iPhone 4s: Should You Upgrade or Not?

Apple released the iOS5 upgrade for iPhone and iPad last week. It is a major upgrade and is free. I downloaded it immediately. It has some great new features, not the least of which is the the ability to sync your mobile devices without connecting to your desktop first (via iCloud).

However, I was reluctant to upgrade the phone itself. I already had an iPhone 4. Why did I need a 4s? I just wasn’t sure it was worth the investment, especially since I got most of the new bells and whistles with the iOS5 upgrade.

However, one of my daughters upgraded to the iPhone 4s on Friday. She convinced me to try it, especially after I realized that I could like get $300+ for my iPhone 4 on Ebay.com or one of the used gadget sites.

So, after speaking in Indianapolis on Saturday morning, I walked across the street to the AT&T store and bought the 64GB model in black. I didn’t have to wait in line, and they activated it for me on the spot. They also transferred my contacts to it.

After using it for the last 24 hours, I am impressed. Here are the three biggest benefits to me.

  1. A Digital Assistant. Siri, is the voice recognition software Apple has built into the 4s. (It is not available on the 4.) You can speak to it like you would a real person. You can ask it for your next appointment, the weather forecast in any city, or directions to your destination. You can even ask it for restaurant recommendations near you. I found it surprisingly accurate.

    This technology is also built into email and texting. This enables you to dictate a text message or an email message and Siri will transcribe it—supposedly. For some reason, I found this much less accurate and, frankly, not worth the effort. I am going to continue trying and see if Siri gets “smarter” with practice.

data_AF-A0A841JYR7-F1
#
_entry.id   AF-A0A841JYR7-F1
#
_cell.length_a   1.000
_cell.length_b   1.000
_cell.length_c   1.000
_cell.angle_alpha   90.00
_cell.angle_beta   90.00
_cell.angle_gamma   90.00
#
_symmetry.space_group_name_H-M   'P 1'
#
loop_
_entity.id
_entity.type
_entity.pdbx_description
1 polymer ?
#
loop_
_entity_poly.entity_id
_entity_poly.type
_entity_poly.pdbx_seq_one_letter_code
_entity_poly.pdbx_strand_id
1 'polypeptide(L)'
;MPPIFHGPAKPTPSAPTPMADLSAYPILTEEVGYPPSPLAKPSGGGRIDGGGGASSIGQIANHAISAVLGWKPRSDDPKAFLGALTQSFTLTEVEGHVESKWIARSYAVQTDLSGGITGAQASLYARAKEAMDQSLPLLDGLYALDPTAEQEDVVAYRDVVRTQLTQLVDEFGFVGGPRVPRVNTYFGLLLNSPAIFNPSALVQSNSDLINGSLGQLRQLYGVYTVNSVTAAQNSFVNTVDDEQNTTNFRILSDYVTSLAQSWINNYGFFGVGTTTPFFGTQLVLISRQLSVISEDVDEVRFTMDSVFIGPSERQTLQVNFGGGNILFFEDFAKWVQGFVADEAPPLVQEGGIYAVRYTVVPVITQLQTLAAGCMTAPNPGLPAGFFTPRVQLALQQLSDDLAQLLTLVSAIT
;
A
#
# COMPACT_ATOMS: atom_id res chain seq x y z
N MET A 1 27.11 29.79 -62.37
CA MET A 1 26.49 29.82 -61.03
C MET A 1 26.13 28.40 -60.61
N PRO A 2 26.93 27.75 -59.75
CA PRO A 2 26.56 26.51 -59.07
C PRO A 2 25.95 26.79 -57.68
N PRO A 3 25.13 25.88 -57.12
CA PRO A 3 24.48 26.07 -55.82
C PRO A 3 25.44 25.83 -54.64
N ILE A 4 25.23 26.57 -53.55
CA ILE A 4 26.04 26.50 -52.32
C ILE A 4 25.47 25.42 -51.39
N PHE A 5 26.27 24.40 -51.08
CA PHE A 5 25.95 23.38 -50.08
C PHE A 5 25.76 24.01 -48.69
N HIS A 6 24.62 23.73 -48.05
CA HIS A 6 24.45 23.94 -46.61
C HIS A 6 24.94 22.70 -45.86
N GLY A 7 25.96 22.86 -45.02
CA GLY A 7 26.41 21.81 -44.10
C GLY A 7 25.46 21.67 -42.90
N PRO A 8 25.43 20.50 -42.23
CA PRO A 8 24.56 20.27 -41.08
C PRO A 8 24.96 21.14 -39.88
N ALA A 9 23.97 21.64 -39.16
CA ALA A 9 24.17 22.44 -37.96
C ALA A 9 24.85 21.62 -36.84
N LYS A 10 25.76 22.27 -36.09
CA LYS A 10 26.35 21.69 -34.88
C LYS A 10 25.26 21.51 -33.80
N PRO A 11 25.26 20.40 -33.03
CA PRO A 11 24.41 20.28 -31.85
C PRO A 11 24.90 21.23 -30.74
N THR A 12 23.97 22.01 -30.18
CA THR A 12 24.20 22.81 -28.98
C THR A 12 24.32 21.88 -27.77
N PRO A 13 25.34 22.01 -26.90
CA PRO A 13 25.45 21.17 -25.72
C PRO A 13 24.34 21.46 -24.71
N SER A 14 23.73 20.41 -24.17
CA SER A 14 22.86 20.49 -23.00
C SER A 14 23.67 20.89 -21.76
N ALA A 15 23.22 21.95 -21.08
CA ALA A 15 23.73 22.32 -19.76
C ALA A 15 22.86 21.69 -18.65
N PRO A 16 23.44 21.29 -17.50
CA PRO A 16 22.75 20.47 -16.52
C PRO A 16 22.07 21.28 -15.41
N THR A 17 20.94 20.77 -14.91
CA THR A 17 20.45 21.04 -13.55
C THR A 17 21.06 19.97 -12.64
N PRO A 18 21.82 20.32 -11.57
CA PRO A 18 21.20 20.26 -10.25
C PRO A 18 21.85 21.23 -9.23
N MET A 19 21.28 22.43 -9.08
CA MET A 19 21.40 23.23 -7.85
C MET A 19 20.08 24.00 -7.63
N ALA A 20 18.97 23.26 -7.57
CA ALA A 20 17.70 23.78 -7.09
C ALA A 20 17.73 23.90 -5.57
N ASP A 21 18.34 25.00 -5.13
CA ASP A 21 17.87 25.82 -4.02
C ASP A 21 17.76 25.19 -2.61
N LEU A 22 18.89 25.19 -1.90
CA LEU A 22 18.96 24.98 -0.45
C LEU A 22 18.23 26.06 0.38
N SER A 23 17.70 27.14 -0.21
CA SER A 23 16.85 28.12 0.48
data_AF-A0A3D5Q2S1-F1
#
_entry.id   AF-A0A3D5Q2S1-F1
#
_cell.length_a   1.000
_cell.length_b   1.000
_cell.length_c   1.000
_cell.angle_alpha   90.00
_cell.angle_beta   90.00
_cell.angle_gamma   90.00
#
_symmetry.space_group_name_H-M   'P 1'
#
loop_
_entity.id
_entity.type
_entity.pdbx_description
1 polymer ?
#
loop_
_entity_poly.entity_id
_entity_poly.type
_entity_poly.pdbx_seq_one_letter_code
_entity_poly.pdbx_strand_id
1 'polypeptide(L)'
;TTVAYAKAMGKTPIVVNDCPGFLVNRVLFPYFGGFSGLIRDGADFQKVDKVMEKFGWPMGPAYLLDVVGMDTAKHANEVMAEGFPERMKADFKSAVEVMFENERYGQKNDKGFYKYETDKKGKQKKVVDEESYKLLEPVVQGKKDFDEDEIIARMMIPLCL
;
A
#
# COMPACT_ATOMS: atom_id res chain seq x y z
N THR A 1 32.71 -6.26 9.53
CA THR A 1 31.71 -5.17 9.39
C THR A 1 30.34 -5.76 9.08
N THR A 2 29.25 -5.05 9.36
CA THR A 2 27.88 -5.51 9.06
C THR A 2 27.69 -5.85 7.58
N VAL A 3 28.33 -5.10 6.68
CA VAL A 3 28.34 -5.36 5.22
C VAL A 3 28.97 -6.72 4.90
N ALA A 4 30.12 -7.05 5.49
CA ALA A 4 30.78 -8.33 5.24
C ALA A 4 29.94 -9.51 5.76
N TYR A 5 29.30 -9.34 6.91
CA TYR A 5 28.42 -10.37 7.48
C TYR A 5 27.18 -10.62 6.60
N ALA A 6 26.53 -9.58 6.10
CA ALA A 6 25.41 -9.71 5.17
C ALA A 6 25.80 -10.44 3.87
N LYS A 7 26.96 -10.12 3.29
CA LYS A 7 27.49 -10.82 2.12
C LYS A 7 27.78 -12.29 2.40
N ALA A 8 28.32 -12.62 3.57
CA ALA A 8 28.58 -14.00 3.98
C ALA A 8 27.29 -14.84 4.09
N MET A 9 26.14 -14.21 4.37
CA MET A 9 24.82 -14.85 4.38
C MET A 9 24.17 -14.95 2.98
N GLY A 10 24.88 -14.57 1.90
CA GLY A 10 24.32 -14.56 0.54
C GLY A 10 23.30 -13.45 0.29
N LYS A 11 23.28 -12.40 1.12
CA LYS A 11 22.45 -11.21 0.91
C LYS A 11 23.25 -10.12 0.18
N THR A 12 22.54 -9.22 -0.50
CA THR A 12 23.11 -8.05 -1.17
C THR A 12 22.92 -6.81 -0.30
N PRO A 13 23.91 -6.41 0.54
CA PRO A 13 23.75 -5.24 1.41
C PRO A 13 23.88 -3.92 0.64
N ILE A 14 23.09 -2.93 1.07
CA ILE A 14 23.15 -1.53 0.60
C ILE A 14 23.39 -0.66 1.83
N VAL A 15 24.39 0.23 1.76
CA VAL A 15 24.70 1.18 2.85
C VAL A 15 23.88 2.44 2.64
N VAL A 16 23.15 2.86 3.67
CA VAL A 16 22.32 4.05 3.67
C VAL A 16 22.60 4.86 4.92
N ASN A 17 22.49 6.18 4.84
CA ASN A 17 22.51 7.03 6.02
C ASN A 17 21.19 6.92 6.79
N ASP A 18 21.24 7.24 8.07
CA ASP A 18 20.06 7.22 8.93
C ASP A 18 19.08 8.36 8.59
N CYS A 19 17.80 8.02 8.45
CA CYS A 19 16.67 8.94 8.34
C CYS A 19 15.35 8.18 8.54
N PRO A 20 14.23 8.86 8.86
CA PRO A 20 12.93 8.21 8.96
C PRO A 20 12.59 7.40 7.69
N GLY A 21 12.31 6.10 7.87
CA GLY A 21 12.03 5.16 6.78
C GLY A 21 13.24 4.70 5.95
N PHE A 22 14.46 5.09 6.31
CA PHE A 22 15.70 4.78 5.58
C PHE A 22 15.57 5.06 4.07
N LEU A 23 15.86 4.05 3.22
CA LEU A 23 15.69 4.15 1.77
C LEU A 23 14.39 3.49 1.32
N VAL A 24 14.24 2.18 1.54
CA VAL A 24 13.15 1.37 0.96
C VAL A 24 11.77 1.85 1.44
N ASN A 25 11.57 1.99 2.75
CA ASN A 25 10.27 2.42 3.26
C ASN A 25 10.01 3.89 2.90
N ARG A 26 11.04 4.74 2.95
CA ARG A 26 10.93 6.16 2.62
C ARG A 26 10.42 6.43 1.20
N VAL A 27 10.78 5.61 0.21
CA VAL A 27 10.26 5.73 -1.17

2. A More Powerful Camera. The 4s boasts an 8 megapixel sensor. That is 60 percent more pixels than the iPhone 4 and more than enough for 90 percent of the shots I need to take. (For those rare, high-end shots, I have a Canon 60D with 18 megapixels.)

    In addition to the sensor, the 4s sports a new fifth lens, an enlarged aperture (f/2.4), face detection, and reduced motion blur (i.e., image stabilization). It also now allows for basic photo editing—crop and rotate photos, auto-enhance photos, and remove red-eye. It can also shoot gorgeous 1080p HD video.

  3. A Faster Processor. The 4s uses the dual-core A5 chip—the same one used in the iPad. It is twice as fast as the iPhone 4. Apple claims that it delivers up to two times more power and up to seven times faster graphics. In my limited use it seems much quicker and more responsive. It is delightful to use.

    Apple claims that it does all of this without negatively impacting battery life. So far, that has not been my experience. It could be that I am just using it more than I was using my previous phone. However, it may also because I too many notifications were turned on by default. I have since turned a bunch of those off and am hoping that helps.

One hitch I had was that all my contacts were duplicated. I think, however, this was a function of iCloud on iOS5 rather than an iPhone 4s problem.

I was able to eliminate this by downloading a program called Contacts Cleaner from the AppStore ($4.99) and re-syncing. There may be an easier, cheaper solution, but this is something Apple should fix. If you Google the problem, you’ll find many users complaining about it.

All in all, I am quite pleased. I am glad I upgraded to the 4s.

Should you upgrade? If you haven’t already, I would start by installing the iOS5 software. That will give you a lot of new functionally and may satisfy your need for a new Apple fix. Then you have to ask whether or not the benefits I have described are worth the upgrade to you.

Questions: Do you plan to upgrade your phone? Why or Why not? You can leave a comment by clicking here.
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